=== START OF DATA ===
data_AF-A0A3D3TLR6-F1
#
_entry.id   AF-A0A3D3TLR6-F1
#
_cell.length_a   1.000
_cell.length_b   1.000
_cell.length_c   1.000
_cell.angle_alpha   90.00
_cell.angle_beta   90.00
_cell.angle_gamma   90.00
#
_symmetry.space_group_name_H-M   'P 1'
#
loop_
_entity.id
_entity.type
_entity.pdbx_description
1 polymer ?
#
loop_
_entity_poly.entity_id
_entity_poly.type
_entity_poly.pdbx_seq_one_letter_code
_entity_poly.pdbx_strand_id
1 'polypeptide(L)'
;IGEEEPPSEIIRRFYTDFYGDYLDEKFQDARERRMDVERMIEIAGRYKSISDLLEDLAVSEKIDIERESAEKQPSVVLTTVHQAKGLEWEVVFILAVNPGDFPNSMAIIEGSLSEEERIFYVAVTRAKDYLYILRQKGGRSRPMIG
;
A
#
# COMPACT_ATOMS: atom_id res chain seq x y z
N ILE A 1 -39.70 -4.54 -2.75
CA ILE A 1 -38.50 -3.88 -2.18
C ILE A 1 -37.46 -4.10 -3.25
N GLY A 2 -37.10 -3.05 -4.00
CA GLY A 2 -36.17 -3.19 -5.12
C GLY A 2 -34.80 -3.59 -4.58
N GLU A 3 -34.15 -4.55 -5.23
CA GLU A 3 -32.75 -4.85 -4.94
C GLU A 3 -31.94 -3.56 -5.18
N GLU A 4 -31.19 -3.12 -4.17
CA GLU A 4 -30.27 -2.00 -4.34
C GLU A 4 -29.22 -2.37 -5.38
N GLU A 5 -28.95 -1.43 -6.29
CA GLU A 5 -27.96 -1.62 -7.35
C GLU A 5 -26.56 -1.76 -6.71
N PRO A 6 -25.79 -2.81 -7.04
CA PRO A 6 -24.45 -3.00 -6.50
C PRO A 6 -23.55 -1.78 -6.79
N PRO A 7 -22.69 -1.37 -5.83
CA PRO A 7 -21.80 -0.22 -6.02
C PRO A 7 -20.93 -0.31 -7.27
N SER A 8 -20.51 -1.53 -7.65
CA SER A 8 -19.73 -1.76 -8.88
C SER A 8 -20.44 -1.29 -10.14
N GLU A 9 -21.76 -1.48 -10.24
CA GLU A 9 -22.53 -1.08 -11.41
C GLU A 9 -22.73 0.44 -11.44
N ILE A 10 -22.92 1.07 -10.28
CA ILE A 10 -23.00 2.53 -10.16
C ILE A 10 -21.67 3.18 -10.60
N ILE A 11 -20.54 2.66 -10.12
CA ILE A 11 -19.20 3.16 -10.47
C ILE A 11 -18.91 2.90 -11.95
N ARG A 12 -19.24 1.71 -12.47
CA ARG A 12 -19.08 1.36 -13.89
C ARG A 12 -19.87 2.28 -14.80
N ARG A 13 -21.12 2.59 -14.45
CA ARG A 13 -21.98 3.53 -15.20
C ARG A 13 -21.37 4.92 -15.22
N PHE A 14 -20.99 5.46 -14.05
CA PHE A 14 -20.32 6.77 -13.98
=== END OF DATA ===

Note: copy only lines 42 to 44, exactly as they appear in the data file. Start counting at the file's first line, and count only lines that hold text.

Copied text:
C GLU A 4 -29.22 -2.37 -5.38
N GLU A 5 -28.95 -1.43 -6.29
CA GLU A 5 -27.96 -1.62 -7.35